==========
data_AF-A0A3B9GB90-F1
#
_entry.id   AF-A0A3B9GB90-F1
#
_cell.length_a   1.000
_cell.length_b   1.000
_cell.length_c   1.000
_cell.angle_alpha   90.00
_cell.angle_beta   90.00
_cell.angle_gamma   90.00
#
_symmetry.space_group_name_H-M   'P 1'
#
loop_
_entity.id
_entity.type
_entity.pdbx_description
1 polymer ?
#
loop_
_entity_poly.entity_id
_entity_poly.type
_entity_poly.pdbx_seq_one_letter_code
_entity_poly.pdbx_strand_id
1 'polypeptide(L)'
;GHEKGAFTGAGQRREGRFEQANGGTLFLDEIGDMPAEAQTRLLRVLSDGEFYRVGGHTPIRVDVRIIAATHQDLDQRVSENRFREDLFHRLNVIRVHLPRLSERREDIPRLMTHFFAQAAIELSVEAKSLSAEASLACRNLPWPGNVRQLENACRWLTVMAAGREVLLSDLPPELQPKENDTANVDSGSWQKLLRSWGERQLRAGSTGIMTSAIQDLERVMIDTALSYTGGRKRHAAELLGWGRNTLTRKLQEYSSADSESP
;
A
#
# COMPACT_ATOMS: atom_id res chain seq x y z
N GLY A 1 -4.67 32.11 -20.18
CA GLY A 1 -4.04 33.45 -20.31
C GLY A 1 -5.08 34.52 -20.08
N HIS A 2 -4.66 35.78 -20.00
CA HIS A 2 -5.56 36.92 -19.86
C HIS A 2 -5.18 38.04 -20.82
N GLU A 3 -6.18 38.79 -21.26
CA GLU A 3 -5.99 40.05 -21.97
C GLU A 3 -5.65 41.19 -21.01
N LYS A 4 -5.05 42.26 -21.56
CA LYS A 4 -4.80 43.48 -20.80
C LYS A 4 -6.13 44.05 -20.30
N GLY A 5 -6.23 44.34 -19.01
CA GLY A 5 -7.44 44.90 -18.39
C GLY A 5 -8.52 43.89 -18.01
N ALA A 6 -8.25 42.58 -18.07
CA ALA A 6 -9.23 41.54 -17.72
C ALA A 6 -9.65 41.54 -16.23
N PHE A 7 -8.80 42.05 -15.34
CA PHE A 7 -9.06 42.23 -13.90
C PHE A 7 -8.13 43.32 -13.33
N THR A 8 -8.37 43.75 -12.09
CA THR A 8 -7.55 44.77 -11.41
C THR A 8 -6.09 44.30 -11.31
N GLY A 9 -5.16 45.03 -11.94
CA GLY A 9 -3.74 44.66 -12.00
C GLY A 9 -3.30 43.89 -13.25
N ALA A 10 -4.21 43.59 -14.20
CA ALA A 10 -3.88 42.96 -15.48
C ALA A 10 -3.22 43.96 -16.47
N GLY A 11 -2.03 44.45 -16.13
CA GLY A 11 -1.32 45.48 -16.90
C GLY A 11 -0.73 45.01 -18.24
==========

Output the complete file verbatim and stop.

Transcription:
data_AF-A0A3B9GB90-F1
#
_entry.id   AF-A0A3B9GB90-F1
#
_cell.length_a   1.000
_cell.length_b   1.000
_cell.length_c   1.000
_cell.angle_alpha   90.00
_cell.angle_beta   90.00
_cell.angle_gamma   90.00
#
_symmetry.space_group_name_H-M   'P 1'
#
loop_
_entity.id
_entity.type
_entity.pdbx_description
1 polymer ?
#
loop_
_entity_poly.entity_id
_entity_poly.type
_entity_poly.pdbx_seq_one_letter_code
_entity_poly.pdbx_strand_id
1 'polypeptide(L)'
;GHEKGAFTGAGQRREGRFEQANGGTLFLDEIGDMPAEAQTRLLRVLSDGEFYRVGGHTPIRVDVRIIAATHQDLDQRVSENRFREDLFHRLNVIRVHLPRLSERREDIPRLMTHFFAQAAIELSVEAKSLSAEASLACRNLPWPGNVRQLENACRWLTVMAAGREVLLSDLPPELQPKENDTANVDSGSWQKLLRSWGERQLRAGSTGIMTSAIQDLERVMIDTALSYTGGRKRHAAELLGWGRNTLTRKLQEYSSADSESP
;
A
#
# COMPACT_ATOMS: atom_id res chain seq x y z
N GLY A 1 -4.67 32.11 -20.18
CA GLY A 1 -4.04 33.45 -20.31
C GLY A 1 -5.08 34.52 -20.08
N HIS A 2 -4.66 35.78 -20.00
CA HIS A 2 -5.56 36.92 -19.86
C HIS A 2 -5.18 38.04 -20.82
N GLU A 3 -6.18 38.79 -21.26
CA GLU A 3 -5.99 40.05 -21.97
C GLU A 3 -5.65 41.19 -21.01
N LYS A 4 -5.05 42.26 -21.56
CA LYS A 4 -4.80 43.48 -20.80
C LYS A 4 -6.13 44.05 -20.30
N GLY A 5 -6.23 44.34 -19.01
CA GLY A 5 -7.44 44.90 -18.39
C GLY A 5 -8.52 43.89 -18.01
N ALA A 6 -8.25 42.58 -18.07
CA ALA A 6 -9.23 41.54 -17.72
C ALA A 6 -9.65 41.54 -16.23
N PHE A 7 -8.80 42.05 -15.34
CA PHE A 7 -9.06 42.23 -13.90
C PHE A 7 -8.13 43.32 -13.33
N THR A 8 -8.37 43.75 -12.09
CA THR A 8 -7.55 44.77 -11.41
C THR A 8 -6.09 44.30 -11.31
N GLY A 9 -5.16 45.03 -11.94
CA GLY A 9 -3.74 44.66 -12.00
C GLY A 9 -3.30 43.89 -13.25
N ALA A 10 -4.21 43.59 -14.20
CA ALA A 10 -3.88 42.96 -15.48
C ALA A 10 -3.22 43.96 -16.47
N GLY A 11 -2.03 44.45 -16.13
CA GLY A 11 -1.32 45.48 -16.90
C GLY A 11 -0.73 45.01 -18.24